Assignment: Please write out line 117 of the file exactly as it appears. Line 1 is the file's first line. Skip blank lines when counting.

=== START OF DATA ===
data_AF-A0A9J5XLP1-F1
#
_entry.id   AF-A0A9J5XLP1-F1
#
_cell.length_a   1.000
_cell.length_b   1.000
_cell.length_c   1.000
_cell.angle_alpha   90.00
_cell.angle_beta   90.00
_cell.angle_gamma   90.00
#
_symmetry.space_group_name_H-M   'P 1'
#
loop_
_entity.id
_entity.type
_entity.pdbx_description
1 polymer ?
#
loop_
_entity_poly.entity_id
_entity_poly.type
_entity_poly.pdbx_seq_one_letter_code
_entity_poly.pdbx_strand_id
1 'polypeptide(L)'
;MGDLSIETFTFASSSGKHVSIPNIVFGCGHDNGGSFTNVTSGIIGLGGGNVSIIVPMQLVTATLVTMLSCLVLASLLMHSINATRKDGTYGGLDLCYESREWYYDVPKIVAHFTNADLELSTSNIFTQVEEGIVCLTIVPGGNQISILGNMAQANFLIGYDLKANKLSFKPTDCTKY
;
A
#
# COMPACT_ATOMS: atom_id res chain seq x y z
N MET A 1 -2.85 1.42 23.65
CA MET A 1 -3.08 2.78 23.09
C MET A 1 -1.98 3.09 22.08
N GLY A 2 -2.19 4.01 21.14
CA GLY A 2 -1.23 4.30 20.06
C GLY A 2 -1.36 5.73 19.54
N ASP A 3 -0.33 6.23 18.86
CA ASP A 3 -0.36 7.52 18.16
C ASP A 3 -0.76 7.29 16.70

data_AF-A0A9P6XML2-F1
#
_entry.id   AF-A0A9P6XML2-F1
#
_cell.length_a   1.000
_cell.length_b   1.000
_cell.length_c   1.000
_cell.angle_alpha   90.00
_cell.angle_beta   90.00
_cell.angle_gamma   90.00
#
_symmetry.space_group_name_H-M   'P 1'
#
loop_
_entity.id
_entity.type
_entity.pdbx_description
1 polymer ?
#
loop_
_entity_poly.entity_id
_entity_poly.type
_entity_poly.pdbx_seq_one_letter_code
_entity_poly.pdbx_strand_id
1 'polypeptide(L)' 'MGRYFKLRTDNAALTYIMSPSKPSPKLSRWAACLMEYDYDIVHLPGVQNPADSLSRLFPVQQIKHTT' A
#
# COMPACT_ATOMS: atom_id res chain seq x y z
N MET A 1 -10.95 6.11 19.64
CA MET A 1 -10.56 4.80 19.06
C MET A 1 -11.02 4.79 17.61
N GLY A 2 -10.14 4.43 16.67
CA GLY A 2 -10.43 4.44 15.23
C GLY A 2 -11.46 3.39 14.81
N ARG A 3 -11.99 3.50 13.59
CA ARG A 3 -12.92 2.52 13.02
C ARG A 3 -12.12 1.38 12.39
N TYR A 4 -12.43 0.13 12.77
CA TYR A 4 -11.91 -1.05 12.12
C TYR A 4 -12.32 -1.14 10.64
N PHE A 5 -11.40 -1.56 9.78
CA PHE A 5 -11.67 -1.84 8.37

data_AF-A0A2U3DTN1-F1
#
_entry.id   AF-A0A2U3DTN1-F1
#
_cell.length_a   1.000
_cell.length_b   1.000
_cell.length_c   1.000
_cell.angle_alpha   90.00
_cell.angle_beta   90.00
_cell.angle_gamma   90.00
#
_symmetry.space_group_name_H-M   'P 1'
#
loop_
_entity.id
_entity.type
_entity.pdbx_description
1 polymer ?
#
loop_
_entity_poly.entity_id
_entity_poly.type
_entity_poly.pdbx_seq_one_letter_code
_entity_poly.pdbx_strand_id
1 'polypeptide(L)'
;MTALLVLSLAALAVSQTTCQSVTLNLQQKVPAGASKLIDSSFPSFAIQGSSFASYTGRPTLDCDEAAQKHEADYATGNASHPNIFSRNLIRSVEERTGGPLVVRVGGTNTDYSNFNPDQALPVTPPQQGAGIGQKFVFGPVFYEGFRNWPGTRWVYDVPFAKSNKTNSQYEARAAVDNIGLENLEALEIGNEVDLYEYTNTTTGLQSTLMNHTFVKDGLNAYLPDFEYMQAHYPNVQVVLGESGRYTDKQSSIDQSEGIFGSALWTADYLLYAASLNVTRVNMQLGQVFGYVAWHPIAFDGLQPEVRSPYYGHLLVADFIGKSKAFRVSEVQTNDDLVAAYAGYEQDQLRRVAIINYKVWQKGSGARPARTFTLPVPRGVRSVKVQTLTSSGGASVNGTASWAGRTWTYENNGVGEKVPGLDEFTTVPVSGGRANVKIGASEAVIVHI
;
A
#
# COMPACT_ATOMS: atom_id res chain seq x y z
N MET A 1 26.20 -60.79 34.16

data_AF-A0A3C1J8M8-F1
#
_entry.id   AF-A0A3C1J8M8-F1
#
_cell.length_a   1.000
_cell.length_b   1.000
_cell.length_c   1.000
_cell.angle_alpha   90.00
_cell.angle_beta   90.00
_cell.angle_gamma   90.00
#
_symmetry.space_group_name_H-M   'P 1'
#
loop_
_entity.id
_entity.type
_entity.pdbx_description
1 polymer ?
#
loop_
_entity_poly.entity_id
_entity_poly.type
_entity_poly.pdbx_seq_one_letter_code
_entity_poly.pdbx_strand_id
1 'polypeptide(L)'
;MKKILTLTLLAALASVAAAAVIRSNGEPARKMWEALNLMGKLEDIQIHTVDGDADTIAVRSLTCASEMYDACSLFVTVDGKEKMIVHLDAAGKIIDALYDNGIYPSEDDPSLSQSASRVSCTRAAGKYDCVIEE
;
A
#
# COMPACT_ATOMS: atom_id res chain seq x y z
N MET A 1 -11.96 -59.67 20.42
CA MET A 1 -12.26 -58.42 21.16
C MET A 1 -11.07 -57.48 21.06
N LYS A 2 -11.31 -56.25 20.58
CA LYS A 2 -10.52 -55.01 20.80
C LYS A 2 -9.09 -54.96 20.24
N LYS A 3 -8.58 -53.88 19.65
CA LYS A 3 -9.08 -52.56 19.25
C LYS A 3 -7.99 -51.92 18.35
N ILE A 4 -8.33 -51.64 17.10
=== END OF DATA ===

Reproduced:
_cell.length_b   1.000